Prequelitis is a disease that affects many films that are made after but set before a well known and loved film. Monsters University shows signs of this condition, and below is the diagnosis of how badly it is suffering. NB: This condition can be deadly to a film’s artistic success when suffering too much from all of the following symptoms at once:


1. Lack Of Invention – When a film relies on a world that has already been established instead of creating something new. C.f. The recycled score and plot structure in The Hobbit: An Unexpected Journey

Monsters University is an inventive film in many ways. Like the best Pixar films, it has a vast array of visual jokes that you’ll only be spotting on the second or third time you watch it. The Monsters universe is one of the studio’s best for doing this, too, as the totally alien world allows for hilarious inversions of more familiar sights on earth. So in University there is, as with all college films, a societies fair where new students can sign up to the debate team, art society etc. Only in Pixar’s monstrous version of this staple event, the debate team is a two headed creature that argues with itself and the art soc use their own heads instead of paintbrushes. Ignoring the pertinent question of why a film aimed at children is sending up a genre that will go over all of their heads, this film succeeds at inverting classic college tropes and making them fresh and funny once more.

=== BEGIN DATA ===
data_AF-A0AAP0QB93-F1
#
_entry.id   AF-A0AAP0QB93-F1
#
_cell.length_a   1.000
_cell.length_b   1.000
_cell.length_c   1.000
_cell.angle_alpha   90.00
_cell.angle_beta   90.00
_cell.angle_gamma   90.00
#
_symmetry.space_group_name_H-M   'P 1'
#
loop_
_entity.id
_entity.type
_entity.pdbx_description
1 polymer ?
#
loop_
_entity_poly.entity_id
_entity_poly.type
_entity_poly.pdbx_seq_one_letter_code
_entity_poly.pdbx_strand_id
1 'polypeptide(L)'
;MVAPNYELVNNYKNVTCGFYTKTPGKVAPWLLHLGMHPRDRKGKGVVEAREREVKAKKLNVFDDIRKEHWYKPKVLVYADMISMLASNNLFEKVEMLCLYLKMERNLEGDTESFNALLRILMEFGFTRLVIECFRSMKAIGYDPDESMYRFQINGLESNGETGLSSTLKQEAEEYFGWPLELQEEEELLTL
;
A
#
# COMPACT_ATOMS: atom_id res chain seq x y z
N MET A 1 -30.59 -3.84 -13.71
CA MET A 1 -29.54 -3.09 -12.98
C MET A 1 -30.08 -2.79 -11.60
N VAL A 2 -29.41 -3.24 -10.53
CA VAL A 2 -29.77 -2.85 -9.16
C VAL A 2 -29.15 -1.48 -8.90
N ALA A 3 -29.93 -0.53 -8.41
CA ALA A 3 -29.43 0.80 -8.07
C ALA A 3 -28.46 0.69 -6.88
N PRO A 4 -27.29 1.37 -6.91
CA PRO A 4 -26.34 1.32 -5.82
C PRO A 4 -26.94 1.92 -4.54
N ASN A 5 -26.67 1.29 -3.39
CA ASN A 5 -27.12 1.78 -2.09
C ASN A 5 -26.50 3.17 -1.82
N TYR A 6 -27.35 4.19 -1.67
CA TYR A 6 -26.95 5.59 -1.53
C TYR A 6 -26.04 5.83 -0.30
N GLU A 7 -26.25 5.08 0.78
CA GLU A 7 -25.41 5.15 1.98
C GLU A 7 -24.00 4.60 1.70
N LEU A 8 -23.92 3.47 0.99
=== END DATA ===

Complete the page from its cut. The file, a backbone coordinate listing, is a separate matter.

Yet for all of this – plus some clever character design – University is hampered by its lack of originality; many of the positives of the film are simply riding on the coat tails of its predecessor. Monsters University is only funny because Monsters Inc. was. There’s a lot to laugh at throughout the film, but it’s all tinged with the memory that a world this creative and exciting to explore used to be an original idea for Pixar, not a prequel

The First Scare Game

2. Predetermined Conclusion – when the outcome of the prequel is already determined by our knowledge of the original, like a more boring version of dramatic irony. C.f. Anakin becoming Darth Vader

The most curious and unique aspect of Monsters University is the overall message of the film, and in order to try and pick apart what that is, I’ll have to discuss the film’s plot in some depth, so feel free to ignore this section if you haven’t seen it yet. Right at the start of the film the audience is introduced to school aged Mike on a trip to the big factory where scares create energy and dreams are made. His eye widens as he witnesses scarers at work and meets one of the best. In many ways this is the most touching scene in the film, as the young monster struggles to make friends with his peers and is told he’ll never be a scarer. Yet anyone who has seen Inc. knows that Mike doesn’t become one at all – he becomes the assistant.